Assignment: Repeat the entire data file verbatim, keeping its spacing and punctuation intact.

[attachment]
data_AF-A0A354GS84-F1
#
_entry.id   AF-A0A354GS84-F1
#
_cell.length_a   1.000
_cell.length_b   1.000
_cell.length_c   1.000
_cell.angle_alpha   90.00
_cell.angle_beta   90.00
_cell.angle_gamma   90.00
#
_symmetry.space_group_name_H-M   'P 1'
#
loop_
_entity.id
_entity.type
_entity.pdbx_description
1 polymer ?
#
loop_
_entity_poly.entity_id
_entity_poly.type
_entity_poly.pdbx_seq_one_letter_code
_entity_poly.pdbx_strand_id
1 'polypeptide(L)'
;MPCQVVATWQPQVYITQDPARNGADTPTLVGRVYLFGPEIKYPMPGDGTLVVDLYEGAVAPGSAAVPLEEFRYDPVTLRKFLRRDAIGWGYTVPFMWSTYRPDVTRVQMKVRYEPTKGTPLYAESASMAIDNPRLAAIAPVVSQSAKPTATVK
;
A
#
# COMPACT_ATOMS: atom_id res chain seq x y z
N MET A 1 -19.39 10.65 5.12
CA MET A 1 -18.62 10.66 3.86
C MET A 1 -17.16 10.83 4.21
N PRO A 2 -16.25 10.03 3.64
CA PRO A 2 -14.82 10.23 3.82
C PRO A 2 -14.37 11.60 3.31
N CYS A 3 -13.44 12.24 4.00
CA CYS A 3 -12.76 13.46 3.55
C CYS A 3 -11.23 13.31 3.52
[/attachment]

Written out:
data_AF-A0A354GS84-F1
#
_entry.id   AF-A0A354GS84-F1
#
_cell.length_a   1.000
_cell.length_b   1.000
_cell.length_c   1.000
_cell.angle_alpha   90.00
_cell.angle_beta   90.00
_cell.angle_gamma   90.00
#
_symmetry.space_group_name_H-M   'P 1'
#
loop_
_entity.id
_entity.type
_entity.pdbx_description
1 polymer ?
#
loop_
_entity_poly.entity_id
_entity_poly.type
_entity_poly.pdbx_seq_one_letter_code
_entity_poly.pdbx_strand_id
1 'polypeptide(L)'
;MPCQVVATWQPQVYITQDPARNGADTPTLVGRVYLFGPEIKYPMPGDGTLVVDLYEGAVAPGSAAVPLEEFRYDPVTLRKFLRRDAIGWGYTVPFMWSTYRPDVTRVQMKVRYEPTKGTPLYAESASMAIDNPRLAAIAPVVSQSAKPTATVK
;
A
#
# COMPACT_ATOMS: atom_id res chain seq x y z
N MET A 1 -19.39 10.65 5.12
CA MET A 1 -18.62 10.66 3.86
C MET A 1 -17.16 10.83 4.21
N PRO A 2 -16.25 10.03 3.64
CA PRO A 2 -14.82 10.23 3.82
C PRO A 2 -14.37 11.60 3.31
N CYS A 3 -13.44 12.24 4.00
CA CYS A 3 -12.76 13.46 3.55
C CYS A 3 -11.23 13.31 3.52